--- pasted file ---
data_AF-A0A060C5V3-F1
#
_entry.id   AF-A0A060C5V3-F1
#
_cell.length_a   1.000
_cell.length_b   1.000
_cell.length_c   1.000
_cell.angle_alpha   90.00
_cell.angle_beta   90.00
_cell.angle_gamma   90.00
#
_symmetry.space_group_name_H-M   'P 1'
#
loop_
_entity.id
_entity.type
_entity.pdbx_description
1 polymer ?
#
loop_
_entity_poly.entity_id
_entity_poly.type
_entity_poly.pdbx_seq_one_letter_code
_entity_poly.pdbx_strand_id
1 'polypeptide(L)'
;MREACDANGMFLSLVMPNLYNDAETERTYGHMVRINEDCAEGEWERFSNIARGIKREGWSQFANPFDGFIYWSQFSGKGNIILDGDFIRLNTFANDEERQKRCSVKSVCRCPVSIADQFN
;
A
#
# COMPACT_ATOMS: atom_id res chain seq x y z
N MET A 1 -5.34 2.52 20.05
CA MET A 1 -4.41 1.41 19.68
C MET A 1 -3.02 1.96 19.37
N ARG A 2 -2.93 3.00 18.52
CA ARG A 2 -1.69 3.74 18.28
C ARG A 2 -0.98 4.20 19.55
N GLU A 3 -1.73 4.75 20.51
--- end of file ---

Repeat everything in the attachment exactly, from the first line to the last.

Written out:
data_AF-A0A060C5V3-F1
#
_entry.id   AF-A0A060C5V3-F1
#
_cell.length_a   1.000
_cell.length_b   1.000
_cell.length_c   1.000
_cell.angle_alpha   90.00
_cell.angle_beta   90.00
_cell.angle_gamma   90.00
#
_symmetry.space_group_name_H-M   'P 1'
#
loop_
_entity.id
_entity.type
_entity.pdbx_description
1 polymer ?
#
loop_
_entity_poly.entity_id
_entity_poly.type
_entity_poly.pdbx_seq_one_letter_code
_entity_poly.pdbx_strand_id
1 'polypeptide(L)'
;MREACDANGMFLSLVMPNLYNDAETERTYGHMVRINEDCAEGEWERFSNIARGIKREGWSQFANPFDGFIYWSQFSGKGNIILDGDFIRLNTFANDEERQKRCSVKSVCRCPVSIADQFN
;
A
#
# COMPACT_ATOMS: atom_id res chain seq x y z
N MET A 1 -5.34 2.52 20.05
CA MET A 1 -4.41 1.41 19.68
C MET A 1 -3.02 1.96 19.37
N ARG A 2 -2.93 3.00 18.52
CA ARG A 2 -1.69 3.74 18.28
C ARG A 2 -0.98 4.20 19.55
N GLU A 3 -1.73 4.75 20.51